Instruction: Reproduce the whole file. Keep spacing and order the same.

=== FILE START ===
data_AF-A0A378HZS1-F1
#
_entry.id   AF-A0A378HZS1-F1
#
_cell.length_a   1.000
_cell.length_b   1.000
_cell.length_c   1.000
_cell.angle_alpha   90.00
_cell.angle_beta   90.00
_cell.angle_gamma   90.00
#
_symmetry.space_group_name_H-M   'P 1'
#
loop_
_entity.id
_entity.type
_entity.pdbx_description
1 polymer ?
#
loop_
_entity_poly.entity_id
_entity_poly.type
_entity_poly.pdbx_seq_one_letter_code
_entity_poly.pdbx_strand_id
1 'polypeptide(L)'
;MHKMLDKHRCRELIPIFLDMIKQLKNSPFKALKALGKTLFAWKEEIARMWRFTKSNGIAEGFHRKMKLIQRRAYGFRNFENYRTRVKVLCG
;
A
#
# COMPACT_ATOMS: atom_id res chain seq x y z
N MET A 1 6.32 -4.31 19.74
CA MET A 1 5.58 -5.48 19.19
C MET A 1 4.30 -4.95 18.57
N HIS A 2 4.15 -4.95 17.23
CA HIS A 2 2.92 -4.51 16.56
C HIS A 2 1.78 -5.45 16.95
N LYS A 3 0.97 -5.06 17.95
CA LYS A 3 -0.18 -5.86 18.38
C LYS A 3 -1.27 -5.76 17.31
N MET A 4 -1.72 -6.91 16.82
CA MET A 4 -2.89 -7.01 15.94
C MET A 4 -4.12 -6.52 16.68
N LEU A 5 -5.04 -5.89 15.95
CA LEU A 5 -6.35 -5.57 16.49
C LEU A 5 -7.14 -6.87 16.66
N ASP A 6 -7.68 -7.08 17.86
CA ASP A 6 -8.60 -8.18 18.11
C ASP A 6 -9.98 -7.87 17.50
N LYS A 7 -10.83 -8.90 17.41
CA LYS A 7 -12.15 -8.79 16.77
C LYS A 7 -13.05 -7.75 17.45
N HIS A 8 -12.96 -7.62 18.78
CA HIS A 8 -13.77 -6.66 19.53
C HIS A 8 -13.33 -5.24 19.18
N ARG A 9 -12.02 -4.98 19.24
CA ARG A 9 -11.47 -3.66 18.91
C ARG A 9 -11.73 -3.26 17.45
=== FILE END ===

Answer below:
data_AF-A0A378HZS1-F1
#
_entry.id   AF-A0A378HZS1-F1
#
_cell.length_a   1.000
_cell.length_b   1.000
_cell.length_c   1.000
_cell.angle_alpha   90.00
_cell.angle_beta   90.00
_cell.angle_gamma   90.00
#
_symmetry.space_group_name_H-M   'P 1'
#
loop_
_entity.id
_entity.type
_entity.pdbx_description
1 polymer ?
#
loop_
_entity_poly.entity_id
_entity_poly.type
_entity_poly.pdbx_seq_one_letter_code
_entity_poly.pdbx_strand_id
1 'polypeptide(L)'
;MHKMLDKHRCRELIPIFLDMIKQLKNSPFKALKALGKTLFAWKEEIARMWRFTKSNGIAEGFHRKMKLIQRRAYGFRNFENYRTRVKVLCG
;
A
#
# COMPACT_ATOMS: atom_id res chain seq x y z
N MET A 1 6.32 -4.31 19.74
CA MET A 1 5.58 -5.48 19.19
C MET A 1 4.30 -4.95 18.57
N HIS A 2 4.15 -4.95 17.23
CA HIS A 2 2.92 -4.51 16.56
C HIS A 2 1.78 -5.45 16.95
N LYS A 3 0.97 -5.06 17.95
CA LYS A 3 -0.18 -5.86 18.38
C LYS A 3 -1.27 -5.76 17.31
N MET A 4 -1.72 -6.91 16.82
CA MET A 4 -2.89 -7.01 15.94
C MET A 4 -4.12 -6.52 16.68
N LEU A 5 -5.04 -5.89 15.95
CA LEU A 5 -6.35 -5.57 16.49
C LEU A 5 -7.14 -6.87 16.66
N ASP A 6 -7.68 -7.08 17.86
CA ASP A 6 -8.60 -8.18 18.11
C ASP A 6 -9.98 -7.87 17.50
N LYS A 7 -10.83 -8.90 17.41
CA LYS A 7 -12.15 -8.79 16.77
C LYS A 7 -13.05 -7.75 17.45
N HIS A 8 -12.96 -7.62 18.78
CA HIS A 8 -13.77 -6.66 19.53
C HIS A 8 -13.33 -5.24 19.18
N ARG A 9 -12.02 -4.98 19.24
CA ARG A 9 -11.47 -3.66 18.91
C ARG A 9 -11.73 -3.26 17.45